Searching over 5,500,000 cases.


searching
Buy This Entire Record For $7.95

Download the entire decision to receive the complete text, official citation,
docket number, dissents and concurrences, and footnotes for this case.

Learn more about what you receive with purchase of this case.

People v. Hartness

OPINION FILED JANUARY 7, 1977.

THE PEOPLE OF THE STATE OF ILLINOIS, PLAINTIFF-APPELLEE,

v.

KENNETH J. HARTNESS, DEFENDANT-APPELLANT.



APPEAL from the Circuit Court of Warren County; the Hon. U.S. COLLINS, Judge, presiding.

MR. PRESIDING JUSTICE ALLOY DELIVERED THE OPINION OF THE COURT:

Kenneth J. Hartness appeals from a conviction of the crime of burglary, following a jury trial, and from a consequent sentence of 4 to 12 years in the penitentiary.

From the record it appears that on or about June 24, 1974, Jerry Knowles, his wife, daughter and a son, resided in a house located on Highway 34, 6 miles west of Galesburg, Illinois. The house in which the Knowles lived was owned by Mr. and Mrs. Graham. On July 24, 1974, Knowles, his wife and daughter, left their home for a short vacation. The Knowles' son, Kenneth Knowles, did not accompany the family on the vacation but stayed with his grandmother in Galesburg. Before Jerry Knowles and his wife and daughter had left the house, the family locked all the doors. The front windows of the house were left open one-half inch but were covered by screens which were in good condition.

On July 25, 1974, Mrs. Graham was painting at the Knowles residence from 9 a.m. until about 12:50 p.m. She returned to the house at about 2:30 p.m. on that day, and upon her return noticed that the screen from one of the front windows was down and that the front window was completely closed. She then talked to Kenneth Knowles and Anita Wade, a relative of the Knowles. When Kenneth Knowles arrived at the house, he noticed that the screen from one of the front windows was laying in the bushes near the window and discovered that the back door of the house was unlocked. The son, Kenneth, did not notice if anything was missing from the house at the time. He notified the sheriff of Warren County of the situation at the house, however.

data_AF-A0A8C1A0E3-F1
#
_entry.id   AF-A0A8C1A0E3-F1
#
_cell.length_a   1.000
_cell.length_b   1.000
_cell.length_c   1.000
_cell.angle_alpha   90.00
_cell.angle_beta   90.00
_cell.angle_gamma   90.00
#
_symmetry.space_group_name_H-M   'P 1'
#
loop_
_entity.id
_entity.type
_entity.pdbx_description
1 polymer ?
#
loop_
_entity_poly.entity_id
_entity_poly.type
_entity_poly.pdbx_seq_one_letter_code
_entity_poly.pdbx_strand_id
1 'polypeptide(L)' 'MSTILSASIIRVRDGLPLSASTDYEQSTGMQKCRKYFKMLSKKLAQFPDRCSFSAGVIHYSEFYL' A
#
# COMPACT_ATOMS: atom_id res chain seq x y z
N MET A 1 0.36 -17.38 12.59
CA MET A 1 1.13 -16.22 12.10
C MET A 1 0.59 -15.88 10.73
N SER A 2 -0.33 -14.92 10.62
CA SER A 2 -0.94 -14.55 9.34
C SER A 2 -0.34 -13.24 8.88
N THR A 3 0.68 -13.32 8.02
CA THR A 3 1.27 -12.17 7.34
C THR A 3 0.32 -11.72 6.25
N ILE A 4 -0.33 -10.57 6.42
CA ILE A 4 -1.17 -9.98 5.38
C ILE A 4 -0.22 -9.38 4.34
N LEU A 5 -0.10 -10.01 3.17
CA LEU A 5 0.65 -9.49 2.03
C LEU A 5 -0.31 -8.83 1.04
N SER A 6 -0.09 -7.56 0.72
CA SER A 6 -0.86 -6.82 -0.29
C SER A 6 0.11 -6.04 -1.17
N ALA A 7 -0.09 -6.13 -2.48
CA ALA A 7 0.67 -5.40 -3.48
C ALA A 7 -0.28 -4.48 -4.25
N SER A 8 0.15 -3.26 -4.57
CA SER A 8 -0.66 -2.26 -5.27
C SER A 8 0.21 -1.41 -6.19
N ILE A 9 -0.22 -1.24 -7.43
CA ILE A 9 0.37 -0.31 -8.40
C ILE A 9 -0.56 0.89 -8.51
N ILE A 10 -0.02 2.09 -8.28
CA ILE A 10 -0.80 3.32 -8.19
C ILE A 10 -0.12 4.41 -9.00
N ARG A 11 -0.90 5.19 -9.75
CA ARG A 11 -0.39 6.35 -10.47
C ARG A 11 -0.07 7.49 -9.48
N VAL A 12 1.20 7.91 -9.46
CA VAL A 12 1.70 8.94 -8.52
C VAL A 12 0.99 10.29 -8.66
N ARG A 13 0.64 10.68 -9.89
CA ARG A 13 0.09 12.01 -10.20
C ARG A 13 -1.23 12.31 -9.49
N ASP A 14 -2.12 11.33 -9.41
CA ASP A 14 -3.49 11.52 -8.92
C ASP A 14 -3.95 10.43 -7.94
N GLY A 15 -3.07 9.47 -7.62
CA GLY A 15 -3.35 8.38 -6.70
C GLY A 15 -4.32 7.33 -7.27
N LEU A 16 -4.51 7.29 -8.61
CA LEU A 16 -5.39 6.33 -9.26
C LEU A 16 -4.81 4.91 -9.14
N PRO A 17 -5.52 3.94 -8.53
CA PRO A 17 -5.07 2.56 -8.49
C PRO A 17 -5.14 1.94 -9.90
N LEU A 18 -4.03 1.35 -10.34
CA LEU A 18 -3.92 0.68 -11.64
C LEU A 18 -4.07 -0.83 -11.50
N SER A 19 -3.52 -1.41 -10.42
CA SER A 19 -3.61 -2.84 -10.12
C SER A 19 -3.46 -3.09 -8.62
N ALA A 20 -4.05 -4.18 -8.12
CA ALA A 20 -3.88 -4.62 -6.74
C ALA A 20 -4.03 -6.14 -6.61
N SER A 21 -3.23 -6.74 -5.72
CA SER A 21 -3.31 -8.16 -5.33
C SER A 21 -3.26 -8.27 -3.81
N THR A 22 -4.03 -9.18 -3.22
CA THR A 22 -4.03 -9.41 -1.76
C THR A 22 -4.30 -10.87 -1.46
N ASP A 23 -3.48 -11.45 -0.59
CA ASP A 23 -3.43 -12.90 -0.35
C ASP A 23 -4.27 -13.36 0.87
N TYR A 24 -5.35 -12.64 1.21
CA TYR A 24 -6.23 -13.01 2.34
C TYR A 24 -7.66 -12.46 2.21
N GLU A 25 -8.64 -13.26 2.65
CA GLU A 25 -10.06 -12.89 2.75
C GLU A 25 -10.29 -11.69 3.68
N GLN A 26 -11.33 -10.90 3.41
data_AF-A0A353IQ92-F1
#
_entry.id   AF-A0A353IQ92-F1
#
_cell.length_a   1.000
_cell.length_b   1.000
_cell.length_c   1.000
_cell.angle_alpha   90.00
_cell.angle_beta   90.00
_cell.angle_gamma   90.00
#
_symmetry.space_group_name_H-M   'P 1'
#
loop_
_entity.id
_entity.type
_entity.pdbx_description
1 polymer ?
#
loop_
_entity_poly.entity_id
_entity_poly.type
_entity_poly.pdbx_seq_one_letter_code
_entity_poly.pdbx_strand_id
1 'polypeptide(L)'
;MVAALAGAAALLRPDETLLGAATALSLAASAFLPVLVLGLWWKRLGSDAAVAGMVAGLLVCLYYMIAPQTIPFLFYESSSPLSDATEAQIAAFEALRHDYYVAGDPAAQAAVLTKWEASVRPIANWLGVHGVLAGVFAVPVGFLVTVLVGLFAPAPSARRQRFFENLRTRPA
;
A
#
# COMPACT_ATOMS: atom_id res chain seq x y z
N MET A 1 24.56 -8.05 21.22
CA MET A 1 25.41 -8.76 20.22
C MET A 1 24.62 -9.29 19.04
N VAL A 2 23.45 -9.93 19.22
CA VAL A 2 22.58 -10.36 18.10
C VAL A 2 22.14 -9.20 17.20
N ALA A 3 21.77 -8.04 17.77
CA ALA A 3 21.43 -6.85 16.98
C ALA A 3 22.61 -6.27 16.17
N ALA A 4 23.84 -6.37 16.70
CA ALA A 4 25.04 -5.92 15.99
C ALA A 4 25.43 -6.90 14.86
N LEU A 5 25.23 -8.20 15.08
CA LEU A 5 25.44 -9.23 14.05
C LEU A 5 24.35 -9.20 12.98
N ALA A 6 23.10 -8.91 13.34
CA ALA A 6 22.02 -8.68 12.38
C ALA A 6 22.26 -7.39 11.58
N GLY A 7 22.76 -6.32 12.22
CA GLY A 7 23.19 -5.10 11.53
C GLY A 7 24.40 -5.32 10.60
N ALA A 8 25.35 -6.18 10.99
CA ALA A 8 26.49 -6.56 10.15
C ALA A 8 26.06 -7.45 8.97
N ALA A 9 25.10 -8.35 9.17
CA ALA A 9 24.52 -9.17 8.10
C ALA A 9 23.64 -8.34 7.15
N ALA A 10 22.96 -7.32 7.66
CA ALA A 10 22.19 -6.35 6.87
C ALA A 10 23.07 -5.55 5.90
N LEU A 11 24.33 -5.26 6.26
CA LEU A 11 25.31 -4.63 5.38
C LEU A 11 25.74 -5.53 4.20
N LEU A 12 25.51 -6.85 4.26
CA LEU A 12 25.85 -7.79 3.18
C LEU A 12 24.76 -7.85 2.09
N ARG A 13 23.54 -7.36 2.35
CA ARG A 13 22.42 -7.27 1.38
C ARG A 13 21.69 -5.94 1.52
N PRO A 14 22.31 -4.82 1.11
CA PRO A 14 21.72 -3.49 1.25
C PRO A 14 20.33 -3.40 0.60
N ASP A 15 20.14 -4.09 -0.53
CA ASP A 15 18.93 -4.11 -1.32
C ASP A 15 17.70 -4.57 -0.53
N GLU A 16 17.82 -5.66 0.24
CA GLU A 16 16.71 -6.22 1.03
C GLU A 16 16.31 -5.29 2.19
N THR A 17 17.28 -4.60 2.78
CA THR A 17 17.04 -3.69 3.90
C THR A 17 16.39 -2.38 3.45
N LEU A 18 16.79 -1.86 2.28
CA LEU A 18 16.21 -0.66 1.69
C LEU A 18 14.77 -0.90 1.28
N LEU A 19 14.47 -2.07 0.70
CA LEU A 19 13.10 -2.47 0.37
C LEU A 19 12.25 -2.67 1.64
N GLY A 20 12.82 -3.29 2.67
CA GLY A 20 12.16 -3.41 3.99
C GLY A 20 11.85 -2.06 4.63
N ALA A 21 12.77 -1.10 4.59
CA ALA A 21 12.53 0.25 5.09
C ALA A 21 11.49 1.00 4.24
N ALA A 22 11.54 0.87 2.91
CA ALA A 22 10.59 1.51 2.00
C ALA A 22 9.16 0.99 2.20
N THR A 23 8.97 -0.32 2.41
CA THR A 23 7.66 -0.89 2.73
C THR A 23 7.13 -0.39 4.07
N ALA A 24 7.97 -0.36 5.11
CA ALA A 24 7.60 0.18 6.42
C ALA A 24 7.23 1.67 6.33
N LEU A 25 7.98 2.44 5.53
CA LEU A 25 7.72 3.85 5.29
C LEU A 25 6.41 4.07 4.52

Paul Rude, a State patrol officer, stopped for lunch at a truck stop near Galesburg at 1:05 p.m. on July 25, 1974. Defendant Hartness was seated in the truck stop when Officer Rude arrived and was still at the truck stop when the officer left at 1:24 p.m. In the officer's opinion, defendant Hartness was drunk while at the truck stop. This truck stop was located 5 miles from the Knowles house. Officer Rude saw defendant Hartness at 3:18 p.m. on the same day. At that time, he took defendant Hartness into custody for causes not related to the instant case. Officer Rude then delivered defendant to the custody of Deputy Sheriff Hart in Warren County. Deputy Sheriff Hart returned to Warren County with defendant at about 4 p.m. on July 25, 1974. Defendant was then "booked" and searched. The search produced an engraved watch, $7.63 in change and in excess of $220 in currency from the possession of defendant. Defendant still appeared to be drunk at the time of the search. After defendant had been booked, Warren County Sheriff Watkins had received a report concerning a possible burglary at the Knowles home. Sheriff Watkins then went to the Knowles residence, but no one was home.

The Knowles family returned to the home on July 26, 1974. At that time, Jerry Knowles discovered that an engraved watch and some change was missing from the house. On July 26, 1974, Sheriff Watkins toured the Knowles home also. Mr. Knowles identified the watch taken from the possession of the defendant Hartness as a watch missing from the Knowles home. The watch was engraved on the back with the following legend: "J.W. Knowles. In appreciation of 15 years of loyalty and work well done. Gale Products. 1970."